What is Human Trafficking?
Human trafficking involves the use of force, fraud, or coercion to obtain some type of labor or commercial sex act. … Traffickers use force, fraud, or coercion to lure their victims and force them into labor or commercial sexual exploitation.
- Disabilites and Human Trafficking (Blackburn Center) (PDF)
Why are Individuals with Disabilities at Risk?
- You may be less confident to disobey an adult or authority figure and speak up.
- Your SSI benefits can be something of value to traffickers.
- A lack of sexual education can prevent you from understanding what is right and wrong with regard to your own body.
How Does Human Trafficking Happen?
Human trafficking occurs in the following ways:
Definition: Taking someone against their will.
Example: Someone forces you into a car and takes you somewhere you do not want to be.
Denial of Food/Water
Definition: Refusing to give someone food or water when they need it.
Example: A caregiver refuses to give you food unless you agree to participate in certain
Definition: Limiting someone’s ability to leave an area.
Example: You are locked inside a room or home against your will.
Definition: Tricking someone.
Example: A person lies to you and says that a parent or caregiver has given permission for a situation to occur.
False Promises of Life/Work Conditions
Definition: Lying about what will happen at work or other parts of life.
Example: Someone promises that you will get to live in a house for free, but instead you must work without pay or do sexual favors to stay there.
Definition: Unfair payment for work.
Example: You work long hours and get little or no pay.
Abuse of Power
Definition: People with influence over another person use that power inappropriately.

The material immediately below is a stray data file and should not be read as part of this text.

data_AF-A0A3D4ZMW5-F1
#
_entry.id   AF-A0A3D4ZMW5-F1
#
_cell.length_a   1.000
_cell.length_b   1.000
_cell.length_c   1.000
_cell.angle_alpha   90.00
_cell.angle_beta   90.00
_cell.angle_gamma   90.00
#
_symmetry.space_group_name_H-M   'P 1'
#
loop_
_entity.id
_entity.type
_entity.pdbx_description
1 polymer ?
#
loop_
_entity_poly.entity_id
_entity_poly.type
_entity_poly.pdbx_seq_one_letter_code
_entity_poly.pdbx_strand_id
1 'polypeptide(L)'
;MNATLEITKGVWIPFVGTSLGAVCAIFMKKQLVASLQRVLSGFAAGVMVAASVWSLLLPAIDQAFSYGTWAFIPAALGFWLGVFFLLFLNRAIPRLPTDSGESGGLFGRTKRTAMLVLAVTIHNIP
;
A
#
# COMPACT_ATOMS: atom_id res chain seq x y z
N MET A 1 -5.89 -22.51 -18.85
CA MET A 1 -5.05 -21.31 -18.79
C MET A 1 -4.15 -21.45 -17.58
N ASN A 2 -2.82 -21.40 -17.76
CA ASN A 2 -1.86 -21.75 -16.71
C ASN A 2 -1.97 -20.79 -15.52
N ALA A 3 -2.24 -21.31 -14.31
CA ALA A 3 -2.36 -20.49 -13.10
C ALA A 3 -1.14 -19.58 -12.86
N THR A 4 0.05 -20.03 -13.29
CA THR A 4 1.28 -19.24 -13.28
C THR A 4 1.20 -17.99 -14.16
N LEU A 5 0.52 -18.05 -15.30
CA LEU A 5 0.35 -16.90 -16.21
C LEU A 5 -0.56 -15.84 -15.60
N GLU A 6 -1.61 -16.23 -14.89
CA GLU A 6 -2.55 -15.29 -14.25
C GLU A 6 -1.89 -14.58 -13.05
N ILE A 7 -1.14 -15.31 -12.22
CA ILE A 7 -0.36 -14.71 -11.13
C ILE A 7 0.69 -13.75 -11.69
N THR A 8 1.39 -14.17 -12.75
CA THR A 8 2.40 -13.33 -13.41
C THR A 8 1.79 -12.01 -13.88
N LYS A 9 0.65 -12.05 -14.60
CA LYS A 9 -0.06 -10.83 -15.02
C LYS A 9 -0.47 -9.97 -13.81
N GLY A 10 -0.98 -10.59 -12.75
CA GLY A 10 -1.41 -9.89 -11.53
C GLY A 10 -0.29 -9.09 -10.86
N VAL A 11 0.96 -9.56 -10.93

Example: A boss or supervisor forces you into a human trafficking situation by threatening your job.
Definition: Owing money or favors to another person.
Example: Someone offers money or some other way of helping you and then forces you into unwanted situations to “pay it back.”
Definition: Using a person as a slave.
Example: A person forces you to work without fair pay or sometimes any pay at all.
Threat of Violence
Definition: Saying they will hurt someone.
Example: Someone threatens to hurt or kill you if you do not do what they say.
Definition: Threats to use law enforcement.
Example: A person forces you to do something illegal, then tricks you into thinking you will get arrested if the police get involved.
Release of Photos or Videos
Definition: The sharing of images without permission.
Example: Someone threatens to post private pictures of you on the internet unless you do what they say.
Threats to Loved Ones
Definition: Saying they will hurt someone you care about.
Example: A person says they will kill your family unless you do what they say.
Who Are the Traffickers?
- Anyone Can Be a Trafficker. They can be someone you know. They will often gain your trust by being nice and offering support. Over time, they get you to let your guard down. This is done through a process called grooming. A trafficker uses the tactics above to force you into an unwanted/uncomfortable situation. Many traffickers are women who can gain the trust of others.
- They Can Gain Access to You Through Social Media. Traffickers can find you in chat rooms, message boards, virtual support groups, and other areas where they can learn about you. They may try to learn information about you so they can groom you into feeling more comfortable in dangerous situations.
Think You Might Be a Victim of Human Trafficking?
Ask yourself the following questions:
- Has anyone ever taken your identification, or provided you with an alternative or fake identification?
- Have you ever worked without getting paid?